Intellectual Wellness

Table of Contents

Advance Diversity, Equity, and Inclusion in Admissions Practices

The Problem

The current demographics of the student body at Ohio State are not representative of the demographics of the United States, Ohio, or Columbus. 12.2% of the population of Ohio identifies as Black. 29.0% of the Columbus population identify as Black. However Black-identifying students comprise only 6.9% of OSU’s student body. Furthermore, prior to adjustments made in light of the coronavirus pandemic, Undergraduate Admissions required applicants to submit standardized testing scores. Research suggests that standardized tests have cultural biases ingrained in them and scores tend to be positively correlated with income. The required use of standardized testing in admissions disproportionately and negatively impacts applicants of color, First Generation applicants, applicants from lower socioeconomic backgrounds, students with disabilities, and other marginalized groups.

Our Plan

Maddie and Sri view addressing inequity in admissions as a top priority. They will collaborate with Undergraduate Admissions and the Council on Enrollment and Student Progress to:

The Impact

By promoting equity in admissions policies, applicants from marginalized backgrounds will face fewer barriers to succeeding in the admissions process, leading to a student body that better represents state and local demographics.

Develop a Fairer Academic Misconduct Hearing Process

The Problem

Students accused of violating the Code of Student Conduct’s Academic Misconduct policies may attend a hearing held by the Committee on Academic Misconduct (COAM). During the hearing process, bias, prejudice, and unfair procedures may impact integrity of the process. Additionally, before the coronavirus pandemic, regional campus students were required to travel to Columbus for COAM hearings. The systems utilized by COAM disproportionately burden international students, students with disabilities, students of color, and other marginalized student populations.

Our Plan

It is one of Maddie and Sri’s top priorities to continue the progress of the Academic Affairs committee in reforming COAM laid out in 53-R-13. They will collaborate with the COAM office along with the Office of Academic Affairs to

The Impact

By improving the academic misconduct process, students will be able to better advocate for themselves in COAM hearings, and marginalized students will no longer be disproportionately affected.

Eliminate the Use of Proctorio for Online Exams

The Problem

Proctorio is a tool commonly used in online courses to monitor students during exams. With the increased use of distance education and eLearning, more students find themselves taking exams with Proctorio. However, this tool presents privacy and accessibility concerns for students. Proctorio does not run on university iPads, forcing students who do not have their own computer to find a device to take exams on. The AI further perpetuates inequality for those who do not have the ability to find a completely quiet environment. Moreover, Black students in particular have faced challenges with the software failing to identify them and thus restricting access to their exams. This creates remarkably different experiences for students attempting to take the same exam and unnecessary academic misconduct charges.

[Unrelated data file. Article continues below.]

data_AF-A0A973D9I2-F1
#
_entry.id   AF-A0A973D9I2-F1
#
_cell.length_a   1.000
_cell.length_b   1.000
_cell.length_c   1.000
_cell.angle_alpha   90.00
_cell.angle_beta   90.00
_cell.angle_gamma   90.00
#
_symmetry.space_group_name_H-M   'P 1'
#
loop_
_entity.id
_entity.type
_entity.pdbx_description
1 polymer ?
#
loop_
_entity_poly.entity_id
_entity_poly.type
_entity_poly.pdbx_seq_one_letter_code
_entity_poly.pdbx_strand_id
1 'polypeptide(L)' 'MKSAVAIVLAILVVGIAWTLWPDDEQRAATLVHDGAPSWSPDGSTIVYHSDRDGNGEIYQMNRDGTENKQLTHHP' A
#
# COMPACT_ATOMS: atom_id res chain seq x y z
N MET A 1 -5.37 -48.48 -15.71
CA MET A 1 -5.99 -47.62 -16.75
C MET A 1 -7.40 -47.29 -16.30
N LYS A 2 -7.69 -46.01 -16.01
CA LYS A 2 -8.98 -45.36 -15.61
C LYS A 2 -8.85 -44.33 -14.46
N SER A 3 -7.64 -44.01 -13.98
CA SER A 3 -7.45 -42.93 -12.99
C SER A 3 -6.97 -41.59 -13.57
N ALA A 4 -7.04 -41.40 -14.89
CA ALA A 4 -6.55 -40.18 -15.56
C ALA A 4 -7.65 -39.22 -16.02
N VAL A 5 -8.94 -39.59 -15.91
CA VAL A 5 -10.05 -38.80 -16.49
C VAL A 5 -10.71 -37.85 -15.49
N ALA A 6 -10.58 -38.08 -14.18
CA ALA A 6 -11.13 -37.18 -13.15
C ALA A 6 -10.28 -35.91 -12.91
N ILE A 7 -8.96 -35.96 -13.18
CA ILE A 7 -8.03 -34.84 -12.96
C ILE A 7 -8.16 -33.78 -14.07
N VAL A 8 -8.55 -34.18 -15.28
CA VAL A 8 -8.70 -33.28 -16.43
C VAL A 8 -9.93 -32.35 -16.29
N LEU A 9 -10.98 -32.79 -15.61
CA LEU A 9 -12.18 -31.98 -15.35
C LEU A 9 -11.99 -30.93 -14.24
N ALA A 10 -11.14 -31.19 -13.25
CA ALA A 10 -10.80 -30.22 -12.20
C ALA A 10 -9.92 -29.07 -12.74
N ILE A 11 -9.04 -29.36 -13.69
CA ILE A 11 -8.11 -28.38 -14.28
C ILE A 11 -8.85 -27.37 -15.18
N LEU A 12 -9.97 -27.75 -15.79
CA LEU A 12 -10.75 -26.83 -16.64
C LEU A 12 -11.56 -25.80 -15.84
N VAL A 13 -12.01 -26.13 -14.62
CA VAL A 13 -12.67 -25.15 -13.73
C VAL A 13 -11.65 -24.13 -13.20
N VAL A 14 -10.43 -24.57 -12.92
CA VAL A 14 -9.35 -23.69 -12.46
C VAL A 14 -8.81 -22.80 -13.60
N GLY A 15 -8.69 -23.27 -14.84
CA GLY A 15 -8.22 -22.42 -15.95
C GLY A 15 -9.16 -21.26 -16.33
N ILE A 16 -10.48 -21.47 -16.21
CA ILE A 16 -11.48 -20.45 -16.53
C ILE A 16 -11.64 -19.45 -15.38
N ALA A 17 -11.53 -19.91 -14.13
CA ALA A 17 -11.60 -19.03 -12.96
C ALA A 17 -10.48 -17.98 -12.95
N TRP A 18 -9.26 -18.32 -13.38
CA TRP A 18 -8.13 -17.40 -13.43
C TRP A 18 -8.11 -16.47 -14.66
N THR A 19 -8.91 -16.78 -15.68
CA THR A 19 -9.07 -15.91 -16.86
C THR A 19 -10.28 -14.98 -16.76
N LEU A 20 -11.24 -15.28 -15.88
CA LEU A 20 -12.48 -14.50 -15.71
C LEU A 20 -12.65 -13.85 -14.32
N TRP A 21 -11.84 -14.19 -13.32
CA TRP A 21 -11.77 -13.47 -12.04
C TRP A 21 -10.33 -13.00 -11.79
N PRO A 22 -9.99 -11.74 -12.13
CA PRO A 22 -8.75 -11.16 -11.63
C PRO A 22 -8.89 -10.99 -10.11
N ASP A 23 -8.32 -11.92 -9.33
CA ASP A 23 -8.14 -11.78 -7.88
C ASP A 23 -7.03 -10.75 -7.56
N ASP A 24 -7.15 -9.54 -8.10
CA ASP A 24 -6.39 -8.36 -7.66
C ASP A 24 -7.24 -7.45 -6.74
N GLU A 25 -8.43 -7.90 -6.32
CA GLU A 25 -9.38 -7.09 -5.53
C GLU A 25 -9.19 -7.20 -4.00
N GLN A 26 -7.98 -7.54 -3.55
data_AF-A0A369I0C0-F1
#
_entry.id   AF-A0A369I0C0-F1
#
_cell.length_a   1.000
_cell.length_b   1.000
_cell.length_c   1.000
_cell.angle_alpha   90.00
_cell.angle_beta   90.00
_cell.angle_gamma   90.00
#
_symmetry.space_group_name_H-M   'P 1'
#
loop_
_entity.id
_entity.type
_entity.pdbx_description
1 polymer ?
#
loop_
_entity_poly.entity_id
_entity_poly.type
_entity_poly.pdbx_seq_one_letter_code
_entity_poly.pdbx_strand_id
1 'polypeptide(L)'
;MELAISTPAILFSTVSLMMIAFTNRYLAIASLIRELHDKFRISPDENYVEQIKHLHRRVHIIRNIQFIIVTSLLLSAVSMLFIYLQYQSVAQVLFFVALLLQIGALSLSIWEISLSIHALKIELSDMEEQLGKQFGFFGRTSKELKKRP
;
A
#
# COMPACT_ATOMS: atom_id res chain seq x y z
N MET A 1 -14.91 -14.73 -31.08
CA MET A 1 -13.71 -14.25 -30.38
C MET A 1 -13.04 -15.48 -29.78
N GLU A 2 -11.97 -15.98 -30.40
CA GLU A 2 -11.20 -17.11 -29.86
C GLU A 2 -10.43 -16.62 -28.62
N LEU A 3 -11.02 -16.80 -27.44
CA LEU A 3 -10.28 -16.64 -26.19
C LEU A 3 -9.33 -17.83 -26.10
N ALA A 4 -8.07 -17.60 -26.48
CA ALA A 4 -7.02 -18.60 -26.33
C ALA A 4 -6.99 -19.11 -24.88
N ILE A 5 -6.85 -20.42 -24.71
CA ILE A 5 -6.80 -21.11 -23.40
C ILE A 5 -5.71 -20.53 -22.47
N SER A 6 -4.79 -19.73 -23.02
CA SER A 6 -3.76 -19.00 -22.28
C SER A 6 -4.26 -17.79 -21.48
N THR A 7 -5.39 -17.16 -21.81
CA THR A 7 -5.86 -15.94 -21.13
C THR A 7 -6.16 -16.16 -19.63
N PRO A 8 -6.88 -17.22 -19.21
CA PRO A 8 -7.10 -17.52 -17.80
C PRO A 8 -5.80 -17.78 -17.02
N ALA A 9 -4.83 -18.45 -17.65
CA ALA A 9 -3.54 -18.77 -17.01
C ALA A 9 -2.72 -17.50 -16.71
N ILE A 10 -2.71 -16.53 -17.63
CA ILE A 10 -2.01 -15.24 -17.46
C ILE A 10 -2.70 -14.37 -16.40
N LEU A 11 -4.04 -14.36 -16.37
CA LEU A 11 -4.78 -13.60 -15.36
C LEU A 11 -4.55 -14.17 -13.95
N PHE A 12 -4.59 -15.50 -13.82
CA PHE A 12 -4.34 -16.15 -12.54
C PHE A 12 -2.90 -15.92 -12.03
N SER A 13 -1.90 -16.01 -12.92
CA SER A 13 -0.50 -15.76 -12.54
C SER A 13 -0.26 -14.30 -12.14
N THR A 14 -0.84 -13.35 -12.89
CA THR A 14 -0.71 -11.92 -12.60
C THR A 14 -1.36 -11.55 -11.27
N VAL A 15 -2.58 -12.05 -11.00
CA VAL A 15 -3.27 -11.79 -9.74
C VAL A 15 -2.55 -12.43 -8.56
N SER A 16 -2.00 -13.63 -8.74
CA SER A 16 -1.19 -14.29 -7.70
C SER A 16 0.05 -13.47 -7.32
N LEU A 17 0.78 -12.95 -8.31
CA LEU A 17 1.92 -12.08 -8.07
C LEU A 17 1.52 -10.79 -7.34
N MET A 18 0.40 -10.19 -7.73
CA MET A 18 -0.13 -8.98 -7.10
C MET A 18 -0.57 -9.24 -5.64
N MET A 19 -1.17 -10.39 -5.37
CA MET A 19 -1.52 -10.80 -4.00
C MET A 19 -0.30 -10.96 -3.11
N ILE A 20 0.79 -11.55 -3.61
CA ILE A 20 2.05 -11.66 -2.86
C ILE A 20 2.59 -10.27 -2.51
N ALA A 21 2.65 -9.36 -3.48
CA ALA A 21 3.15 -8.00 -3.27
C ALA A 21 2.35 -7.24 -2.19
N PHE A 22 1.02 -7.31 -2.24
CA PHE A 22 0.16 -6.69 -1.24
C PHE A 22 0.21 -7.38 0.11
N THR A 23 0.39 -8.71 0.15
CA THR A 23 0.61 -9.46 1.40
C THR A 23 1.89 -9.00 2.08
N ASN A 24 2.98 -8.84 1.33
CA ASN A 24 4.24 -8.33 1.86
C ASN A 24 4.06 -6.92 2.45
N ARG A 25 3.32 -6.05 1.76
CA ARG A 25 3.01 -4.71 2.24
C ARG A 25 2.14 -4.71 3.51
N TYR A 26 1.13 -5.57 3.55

Our Plan

The candidates will work with the Office of Distance Education and eLearning to:

The Impact

Employing alternative methods of conducting examinations in the virtual environment will minimize the inequities faced by students when taking exams.

Data Privacy and Analytics at Ohio State

The Problem

The development of artificial intelligence, big data analytics, and new technology will continue to shape the landscape of the world as we know it. The university has access to vast amounts of student’s personal information and data. Much of their academic data such as test scores and records are protected by FERPA, the academic privacy act that governs student’s personal data. However, as the world continues to create vast amounts of new information, safeguards will need to be put into place to ensure the security of students’ personal data. Additionally, as analytics becomes more advanced and commonplace in the world of higher education there will likely be a push for the university to use more computer based algorithms to determine things such as acceptance and other decisions. While this is not inherently bad, the university has a responsibility to ensure this is done in a way that does not violate the trust of the Buckeye community.

Our Plan

Maddie and Sri will ensure students’ data privacy by working to:

The Impact

This project will help build trust at Ohio State and among the Buckeye community because the university takes the protection and security of their data seriously and will continue to act in an ethical manner.